best wishes
    Steve Morton

    • James Daly

      Hi Steve, thank you for your comment. Funnily enough I have been doing a bit more research recently about the Hyson brothers. I can confirm from the 1911 census that Robert was definitely a Signalman. I can’t find anything about Frederick unfortunately, but I have a hunch that they were a railway family. There might be some more avenues via which we might be able to confirm this.

      I also found out about how they died. It turns out that Frederick was on a troop transport ship that were sunk in Alexandria Harbour, the SS Osmanieh. Therefore it seems that Robert may have been the brother who died of yellow fever. I will have a look through my files and see what other information I have and email you my notes, anything else that you or your mum might be able to add would be fascinating!

      Regarding Portchester Castle, I actually grew up less than a mile away in Paulsgrove. I am very interested in the Castle, I actually did a GCSE History project on it. Your story sounds interesting.

      Best wishes

      James

      • Chris Hyson

        Hello james
        Have just come across your site whilst doing family research.Also interested to see comments from Grace and Steve.
        Fills in a bit more jigsaw for me but I too have some pieces.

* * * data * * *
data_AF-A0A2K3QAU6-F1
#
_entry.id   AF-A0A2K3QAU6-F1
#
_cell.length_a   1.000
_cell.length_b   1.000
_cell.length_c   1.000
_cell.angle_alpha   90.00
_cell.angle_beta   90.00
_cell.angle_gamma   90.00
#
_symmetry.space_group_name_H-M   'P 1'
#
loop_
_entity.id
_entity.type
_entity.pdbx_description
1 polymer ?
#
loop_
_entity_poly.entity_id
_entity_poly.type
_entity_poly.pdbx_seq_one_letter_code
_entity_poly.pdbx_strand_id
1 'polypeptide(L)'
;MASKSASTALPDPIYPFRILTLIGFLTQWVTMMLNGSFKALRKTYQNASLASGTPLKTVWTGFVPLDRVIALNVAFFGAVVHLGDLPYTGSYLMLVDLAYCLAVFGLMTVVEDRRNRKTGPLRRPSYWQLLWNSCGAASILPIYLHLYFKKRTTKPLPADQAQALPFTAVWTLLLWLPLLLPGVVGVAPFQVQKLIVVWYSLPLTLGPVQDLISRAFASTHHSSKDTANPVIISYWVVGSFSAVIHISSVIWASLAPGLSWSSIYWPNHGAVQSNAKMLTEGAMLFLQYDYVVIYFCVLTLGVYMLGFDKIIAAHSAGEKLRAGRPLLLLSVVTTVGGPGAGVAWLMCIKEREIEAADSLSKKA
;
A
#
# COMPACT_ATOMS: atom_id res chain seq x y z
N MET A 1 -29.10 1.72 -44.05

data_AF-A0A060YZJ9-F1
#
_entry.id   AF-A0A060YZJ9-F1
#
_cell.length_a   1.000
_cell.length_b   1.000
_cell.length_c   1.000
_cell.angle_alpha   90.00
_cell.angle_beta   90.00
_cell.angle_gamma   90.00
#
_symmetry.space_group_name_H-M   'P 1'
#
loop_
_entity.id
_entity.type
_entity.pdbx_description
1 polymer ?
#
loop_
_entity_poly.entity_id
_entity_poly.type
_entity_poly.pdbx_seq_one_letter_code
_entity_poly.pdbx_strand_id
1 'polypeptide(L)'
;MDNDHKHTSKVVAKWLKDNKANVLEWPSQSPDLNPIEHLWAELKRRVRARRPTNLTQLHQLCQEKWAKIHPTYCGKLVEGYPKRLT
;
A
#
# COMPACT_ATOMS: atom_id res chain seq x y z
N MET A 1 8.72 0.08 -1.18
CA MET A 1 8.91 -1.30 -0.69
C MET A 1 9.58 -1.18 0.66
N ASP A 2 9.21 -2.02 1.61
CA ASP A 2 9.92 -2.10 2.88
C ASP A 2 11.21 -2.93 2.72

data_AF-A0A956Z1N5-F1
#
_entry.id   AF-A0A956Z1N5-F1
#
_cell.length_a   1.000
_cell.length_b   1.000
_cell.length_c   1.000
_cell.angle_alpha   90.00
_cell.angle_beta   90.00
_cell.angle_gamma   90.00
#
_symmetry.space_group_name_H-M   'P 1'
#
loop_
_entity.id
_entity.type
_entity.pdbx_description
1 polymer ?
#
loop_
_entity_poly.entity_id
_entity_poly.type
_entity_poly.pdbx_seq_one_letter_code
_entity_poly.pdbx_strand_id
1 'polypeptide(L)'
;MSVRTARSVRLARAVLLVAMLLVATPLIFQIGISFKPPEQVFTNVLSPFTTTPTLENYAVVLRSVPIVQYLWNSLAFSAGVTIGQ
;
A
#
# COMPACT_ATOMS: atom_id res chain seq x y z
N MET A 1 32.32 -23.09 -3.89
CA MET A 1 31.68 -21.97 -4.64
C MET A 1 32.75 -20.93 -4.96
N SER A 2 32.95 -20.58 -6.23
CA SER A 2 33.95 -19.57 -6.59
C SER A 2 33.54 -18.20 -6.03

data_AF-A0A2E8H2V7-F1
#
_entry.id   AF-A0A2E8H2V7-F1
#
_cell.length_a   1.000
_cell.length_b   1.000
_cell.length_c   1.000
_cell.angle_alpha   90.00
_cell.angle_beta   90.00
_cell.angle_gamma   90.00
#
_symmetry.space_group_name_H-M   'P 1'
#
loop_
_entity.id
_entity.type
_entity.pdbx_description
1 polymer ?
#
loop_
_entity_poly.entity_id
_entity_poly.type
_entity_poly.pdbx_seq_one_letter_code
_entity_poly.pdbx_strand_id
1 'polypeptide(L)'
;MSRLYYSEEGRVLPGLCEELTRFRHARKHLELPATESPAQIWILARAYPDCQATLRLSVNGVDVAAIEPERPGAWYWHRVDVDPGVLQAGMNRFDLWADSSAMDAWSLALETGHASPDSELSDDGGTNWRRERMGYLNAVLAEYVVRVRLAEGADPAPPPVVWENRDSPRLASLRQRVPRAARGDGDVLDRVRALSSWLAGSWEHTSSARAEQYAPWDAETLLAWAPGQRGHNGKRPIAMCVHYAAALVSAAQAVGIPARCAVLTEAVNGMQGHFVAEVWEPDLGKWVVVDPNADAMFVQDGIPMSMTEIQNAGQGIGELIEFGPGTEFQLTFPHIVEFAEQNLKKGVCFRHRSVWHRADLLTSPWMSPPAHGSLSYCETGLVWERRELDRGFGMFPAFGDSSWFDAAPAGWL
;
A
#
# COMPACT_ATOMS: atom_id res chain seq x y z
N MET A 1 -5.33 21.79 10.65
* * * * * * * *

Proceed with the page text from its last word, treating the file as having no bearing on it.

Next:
Confirm they were brothers. Robert Henry, my grandfather , did work on the railway (London and South Western Railway ). He enlisted in 1915 and joined a Railway operating company of RE and as you have found out died in Salonika Military Hospital. His service record is in the National Archive at Kew and confirms he died of dysentry with a number of admissions and discharges from hospital. He is commemorated on the Roll Of Honour at Waterloo Station. Also named on war memorial in All Saints Church Portsmouth
        I do not have as much info about Frederick except to confirm he was a brother and also joined railway company of RE .I knew he had been on a troop ship but did not know name .I have been unable to trace whether he worked on railway before enlistment but I suspect not.
        Both brothers are commemorated on memorial to those lost in The Great War in Guildhall square Portsmouth.
        One more interesting fact. A couple of years ago I came into possession of the Commemorative Plaque awarded to Frederick’s Widow Maud.
        She remarried after his death and had a son who then married. The plaque had been handed down through the generations and by chance a relative of mine lived close to the last keeper of the plaque. A chance discussion about the unusual surname led me to look at it and I was able to confirm who Frederick was and that I was a relative(Gt. Nephew). sadly the scroll was not with it. the rest is history as they say.
        Hope this is of interest to rveryone.
        Best Wishes
        Chris Hyson

  6. Grace Hyson

    They are brothers, Robert is my great great grandfarther and Fredrick is my great great great uncle. My grandad has done the research about them and they are brothers